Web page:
Tough road for undocumented teens Schools & Kids, posted by Editor, Mountain View Voice Online, on Mar 8, 2012 at 7:14 pm
For undocumented students at Mountain View High School, nothing has changed in the years since Jose Antonio Vargas hesitantly revealed his secret to his teachers. The fears and uncertainties that may keep them out of college are just as real more than a decade later, said the Pulitzer Prize-winning journalist who made waves last year by "coming out" as an undocumented immigrant.
Read the full story here Web Link posted Friday, March 9, 2012, 12:00 AM
Posted by Ned, a resident of the Old Mountain View neighborhood, on Mar 8, 2012 at 7:28 pm
There is no such thing as an American citizen, so good luck to Vargas in trying to define one. People living in this country legally are United States citizens. You'd think he would have that one figured out by now. But I guess it's all a play on words to him.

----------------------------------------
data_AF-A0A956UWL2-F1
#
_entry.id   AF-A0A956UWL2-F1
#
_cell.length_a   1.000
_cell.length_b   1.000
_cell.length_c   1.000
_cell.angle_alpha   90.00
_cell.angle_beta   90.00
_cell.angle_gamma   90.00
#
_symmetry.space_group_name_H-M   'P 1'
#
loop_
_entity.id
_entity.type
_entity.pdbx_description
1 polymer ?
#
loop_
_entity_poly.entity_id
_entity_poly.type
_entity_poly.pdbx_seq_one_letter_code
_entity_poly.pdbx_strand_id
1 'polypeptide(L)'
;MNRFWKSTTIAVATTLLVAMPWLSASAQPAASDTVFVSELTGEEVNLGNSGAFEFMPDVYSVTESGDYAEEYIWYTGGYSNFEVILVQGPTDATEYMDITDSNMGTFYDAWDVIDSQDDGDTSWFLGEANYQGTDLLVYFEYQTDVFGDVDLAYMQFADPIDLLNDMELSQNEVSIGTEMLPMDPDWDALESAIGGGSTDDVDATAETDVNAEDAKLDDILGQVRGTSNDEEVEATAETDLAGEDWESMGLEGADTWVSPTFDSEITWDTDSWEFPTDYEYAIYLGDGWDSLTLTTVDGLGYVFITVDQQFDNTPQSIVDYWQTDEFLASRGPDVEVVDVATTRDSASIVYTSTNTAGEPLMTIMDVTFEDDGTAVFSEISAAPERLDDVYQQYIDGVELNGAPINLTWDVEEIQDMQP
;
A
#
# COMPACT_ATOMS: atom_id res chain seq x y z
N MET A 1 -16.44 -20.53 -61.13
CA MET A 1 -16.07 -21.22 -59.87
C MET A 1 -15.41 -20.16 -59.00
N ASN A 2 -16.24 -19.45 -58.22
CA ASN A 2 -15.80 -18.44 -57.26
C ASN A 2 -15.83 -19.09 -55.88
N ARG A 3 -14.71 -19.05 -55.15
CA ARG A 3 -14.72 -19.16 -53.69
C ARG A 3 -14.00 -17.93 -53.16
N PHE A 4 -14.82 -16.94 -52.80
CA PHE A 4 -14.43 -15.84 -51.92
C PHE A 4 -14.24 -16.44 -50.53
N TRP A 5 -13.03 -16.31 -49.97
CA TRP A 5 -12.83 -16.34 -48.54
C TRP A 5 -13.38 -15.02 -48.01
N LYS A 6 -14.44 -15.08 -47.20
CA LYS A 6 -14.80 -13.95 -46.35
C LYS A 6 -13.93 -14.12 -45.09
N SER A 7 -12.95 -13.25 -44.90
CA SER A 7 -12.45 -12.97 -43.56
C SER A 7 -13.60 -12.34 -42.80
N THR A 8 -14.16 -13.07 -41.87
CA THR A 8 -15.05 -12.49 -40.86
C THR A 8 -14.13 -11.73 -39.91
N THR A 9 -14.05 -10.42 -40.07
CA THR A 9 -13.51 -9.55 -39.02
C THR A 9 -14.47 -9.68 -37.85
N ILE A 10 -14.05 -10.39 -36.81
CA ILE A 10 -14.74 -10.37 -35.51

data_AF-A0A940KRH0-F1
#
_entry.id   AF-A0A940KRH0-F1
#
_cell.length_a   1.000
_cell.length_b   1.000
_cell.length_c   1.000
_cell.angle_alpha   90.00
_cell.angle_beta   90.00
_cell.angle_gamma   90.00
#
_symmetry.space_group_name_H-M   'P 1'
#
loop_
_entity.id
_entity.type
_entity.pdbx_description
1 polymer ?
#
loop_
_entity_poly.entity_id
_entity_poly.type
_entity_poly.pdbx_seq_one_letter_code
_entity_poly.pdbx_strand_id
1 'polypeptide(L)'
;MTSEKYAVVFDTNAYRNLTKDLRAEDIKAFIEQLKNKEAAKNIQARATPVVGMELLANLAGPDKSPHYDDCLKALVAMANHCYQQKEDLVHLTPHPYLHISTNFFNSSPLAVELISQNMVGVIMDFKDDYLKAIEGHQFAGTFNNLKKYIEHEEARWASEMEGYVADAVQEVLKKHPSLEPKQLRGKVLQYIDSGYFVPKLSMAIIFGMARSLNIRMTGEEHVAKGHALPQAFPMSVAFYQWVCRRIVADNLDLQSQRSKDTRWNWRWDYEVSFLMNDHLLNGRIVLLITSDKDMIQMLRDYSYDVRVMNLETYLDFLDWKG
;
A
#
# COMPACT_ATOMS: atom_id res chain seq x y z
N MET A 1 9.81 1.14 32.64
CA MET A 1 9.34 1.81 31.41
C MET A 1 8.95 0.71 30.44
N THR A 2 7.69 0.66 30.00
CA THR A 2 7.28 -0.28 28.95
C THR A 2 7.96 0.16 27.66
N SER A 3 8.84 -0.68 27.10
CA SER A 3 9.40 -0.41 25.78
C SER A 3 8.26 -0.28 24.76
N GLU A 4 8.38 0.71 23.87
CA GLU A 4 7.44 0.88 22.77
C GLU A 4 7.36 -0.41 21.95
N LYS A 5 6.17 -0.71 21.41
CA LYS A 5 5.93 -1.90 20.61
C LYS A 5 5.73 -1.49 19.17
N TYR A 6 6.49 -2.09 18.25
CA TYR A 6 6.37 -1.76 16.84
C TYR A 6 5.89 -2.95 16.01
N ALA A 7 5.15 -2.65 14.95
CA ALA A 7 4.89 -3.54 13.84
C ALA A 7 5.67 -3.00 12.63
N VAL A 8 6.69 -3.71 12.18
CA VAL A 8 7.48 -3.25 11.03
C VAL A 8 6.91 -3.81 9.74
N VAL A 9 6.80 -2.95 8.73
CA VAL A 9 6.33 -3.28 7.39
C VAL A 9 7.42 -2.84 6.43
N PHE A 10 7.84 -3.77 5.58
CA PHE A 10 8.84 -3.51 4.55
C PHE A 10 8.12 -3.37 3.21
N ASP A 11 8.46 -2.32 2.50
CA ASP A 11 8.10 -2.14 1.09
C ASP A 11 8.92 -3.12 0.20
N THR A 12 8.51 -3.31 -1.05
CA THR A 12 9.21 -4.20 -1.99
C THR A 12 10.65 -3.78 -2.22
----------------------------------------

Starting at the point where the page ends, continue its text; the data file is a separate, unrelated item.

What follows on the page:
I agree, he should be deported. Or does he think he is somehow better than those with lesser means and money and notoriety who have already been deported?
Posted by mn_test347, a resident of the Old Mountain View neighborhood, on Mar 9, 2012 at 5:53 pm mn_test347 is a member (registered user) of Mountain View Online
The problem is that when you have a law that is readily broken, and then you relax that law to accommodate the law breakers, you are encouraging even more to break the relaxed law, since it will likely be relaxed further to accommodate them.
Mr. Vargas and many like him are in an unenviable situation, but not because of immigration laws. It is because their parents broke the immigration laws. Granting some sort of amnesty to people who's parents brought them to the US illegally as children will only encourage many more parents to do this in the future.
Posted by firstname.lastname@example.org, a resident of the Whisman Station neighborhood, on Mar 15, 2012 at 8:12 am
We need to rethink our immigration policy, and we need bright and courageous people such as Mr. Vargas who understand our society and the underlying impacts to lead the conversation. Immigration is one of the primary ingredients that has made the US great, and as a nation we're turning our back on this tradition when we need it most. Deporting productive members of our society like Mr. Vargas makes no sense to me.